Finland’s first ever green bond, i.e. a bond earmarked for environmental investments, was launched at the end of September. The bond attracted a great deal of interest already in advance and was oversubscribed within a few hours.
On the bond’s value date – Tuesday, 4 October 2016 – the London Stock Exchange celebrated Finland’s first green bond in a market opening ceremony, which was attended by representatives from Finnish municipal customers, the Ministry of the Environment, the Finnish embassy, joint lead manager banks and MuniFin. The bond is quoted on the London Stock Exchange.
– MuniFin’s lending portfolio largely focuses on investments that can be described as socially or environmentally responsible. However, for the first time we can now earmark the activities funded by investors and tell them what is being achieved with their investments, says Pekka Averio, President and CEO of MuniFin, describing the significance of the Green Bond.
– The new financial instrument encourages municipalities to make sustainable decisions. The public sector makes a significant share of all purchases. Municipalities can encourage clean and energy efficient investments and boost the circular economy with their decisions, emphasises Hannele Pokka, Permanent Secretary at the Ministry of the Environment.
– The Finnish municipal sector is quickly becoming aware that environmental investments should be increased, and when initiatives are planned, broader account should be taken of their climate impact. To help the municipal sector absorb the change faster, we are offering more affordable funding for pioneering projects, Averio says.
Wide range of environmental initiatives: from Länsimetro to school buildings
MuniFin’s framework for green financing specifies the sectors of environmental investment that are eligible for the more affordable green funding. The categories included are renewable energy, public transport, sustainable buildings, water and waste water management, energy efficiency, waste treatment, and environmental management and conservation.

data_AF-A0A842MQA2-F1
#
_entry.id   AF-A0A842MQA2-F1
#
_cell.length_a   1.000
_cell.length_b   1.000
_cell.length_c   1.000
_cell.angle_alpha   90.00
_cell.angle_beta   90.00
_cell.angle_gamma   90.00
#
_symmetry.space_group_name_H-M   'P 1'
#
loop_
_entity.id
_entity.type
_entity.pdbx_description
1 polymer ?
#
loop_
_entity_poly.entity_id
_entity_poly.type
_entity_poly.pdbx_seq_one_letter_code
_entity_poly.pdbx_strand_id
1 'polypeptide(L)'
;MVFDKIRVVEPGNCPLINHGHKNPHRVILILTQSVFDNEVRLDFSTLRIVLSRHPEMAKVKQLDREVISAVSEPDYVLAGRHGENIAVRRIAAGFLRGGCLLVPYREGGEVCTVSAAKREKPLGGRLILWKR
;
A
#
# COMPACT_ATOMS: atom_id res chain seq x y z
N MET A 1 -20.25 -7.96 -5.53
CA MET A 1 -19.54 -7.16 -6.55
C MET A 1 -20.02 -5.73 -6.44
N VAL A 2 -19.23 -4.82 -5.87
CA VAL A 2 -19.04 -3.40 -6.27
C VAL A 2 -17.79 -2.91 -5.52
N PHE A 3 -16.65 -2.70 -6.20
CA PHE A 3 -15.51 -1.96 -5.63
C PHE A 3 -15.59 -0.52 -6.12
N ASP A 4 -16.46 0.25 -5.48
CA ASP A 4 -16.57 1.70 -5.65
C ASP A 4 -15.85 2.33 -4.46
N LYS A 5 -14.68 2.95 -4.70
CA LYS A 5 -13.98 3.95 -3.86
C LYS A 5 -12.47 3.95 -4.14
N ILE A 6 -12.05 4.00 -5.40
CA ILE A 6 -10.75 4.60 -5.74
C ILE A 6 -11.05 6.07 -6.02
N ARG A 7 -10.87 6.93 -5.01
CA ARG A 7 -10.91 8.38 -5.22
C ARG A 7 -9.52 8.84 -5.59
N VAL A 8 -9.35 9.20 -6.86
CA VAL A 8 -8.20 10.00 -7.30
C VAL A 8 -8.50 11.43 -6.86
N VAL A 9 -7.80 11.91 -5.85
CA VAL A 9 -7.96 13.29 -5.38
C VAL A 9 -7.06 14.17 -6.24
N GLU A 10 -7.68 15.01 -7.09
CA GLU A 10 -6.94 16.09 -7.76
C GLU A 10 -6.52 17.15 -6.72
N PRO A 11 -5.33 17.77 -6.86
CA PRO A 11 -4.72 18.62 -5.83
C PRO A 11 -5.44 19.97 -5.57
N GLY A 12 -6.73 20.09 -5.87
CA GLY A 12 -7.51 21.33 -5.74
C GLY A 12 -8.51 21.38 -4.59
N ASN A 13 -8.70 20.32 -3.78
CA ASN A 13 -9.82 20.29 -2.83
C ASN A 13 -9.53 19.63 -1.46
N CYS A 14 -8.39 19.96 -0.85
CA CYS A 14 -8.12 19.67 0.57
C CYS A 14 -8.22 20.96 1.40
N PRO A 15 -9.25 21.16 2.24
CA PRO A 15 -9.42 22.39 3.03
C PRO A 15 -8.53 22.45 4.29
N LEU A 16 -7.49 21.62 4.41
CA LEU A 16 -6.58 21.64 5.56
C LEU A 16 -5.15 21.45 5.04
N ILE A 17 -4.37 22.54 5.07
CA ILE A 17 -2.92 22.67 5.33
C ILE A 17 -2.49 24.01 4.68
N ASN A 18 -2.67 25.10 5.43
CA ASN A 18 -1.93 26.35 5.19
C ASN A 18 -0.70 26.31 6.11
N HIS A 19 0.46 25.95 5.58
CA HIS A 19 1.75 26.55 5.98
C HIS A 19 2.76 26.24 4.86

When we look at the projects funded so far, Länsimetro has received the most funding. Looking at the number of projects, most of them are related to sustainable construction and energy efficiency.
A lion’s share of sustainable building investments are related to school buildings. One such project is Tuupala’s wooden school in Kuhmo.
– Tuupala’s new wooden school is a national pilot project, which is also expected to become an international reference case. The completely wooden school building is energy efficient, and its district heating solution is based on bioenergy. Kuhmo is also a genuine bioeconomy success story in other respects: almost 70 per cent of energy used in the town is renewable primary energy, which is among the highest rates in the world, says Eila Valtanen, Mayor of Kuhmo.
The new Tyrnävä primary school will also be built with green funding.
– The school at Rantarousti is a wonderful example of our strategy – which is based on bioeconomy, circular economy and lifecycle efficiency – being put into practice. The new Rantarousti school will be heated with geothermal energy, and solar panels will generate some of the electricity used. The lifecycle efficiency imperative shows in the innovative space arrangements and choice of materials. Tyrnävä has decided to become a HINKU municipality, meaning that it aims at a major reduction in its carbon footprint within the next few years. The choices made for the new school support this aim, says Marjukka Manninen, Mayor of Tyrnävä.
An internationally rare feature in the assessment of MuniFin’s green funding is the fact that the projects’ suitability for the green funding framework is assessed by a group of external specialists. The total value of the green projects funded so far is approximately 400 million euros; in addition, several other investments are being considered for funding.
Pekka Averio, President and CEO, MuniFin
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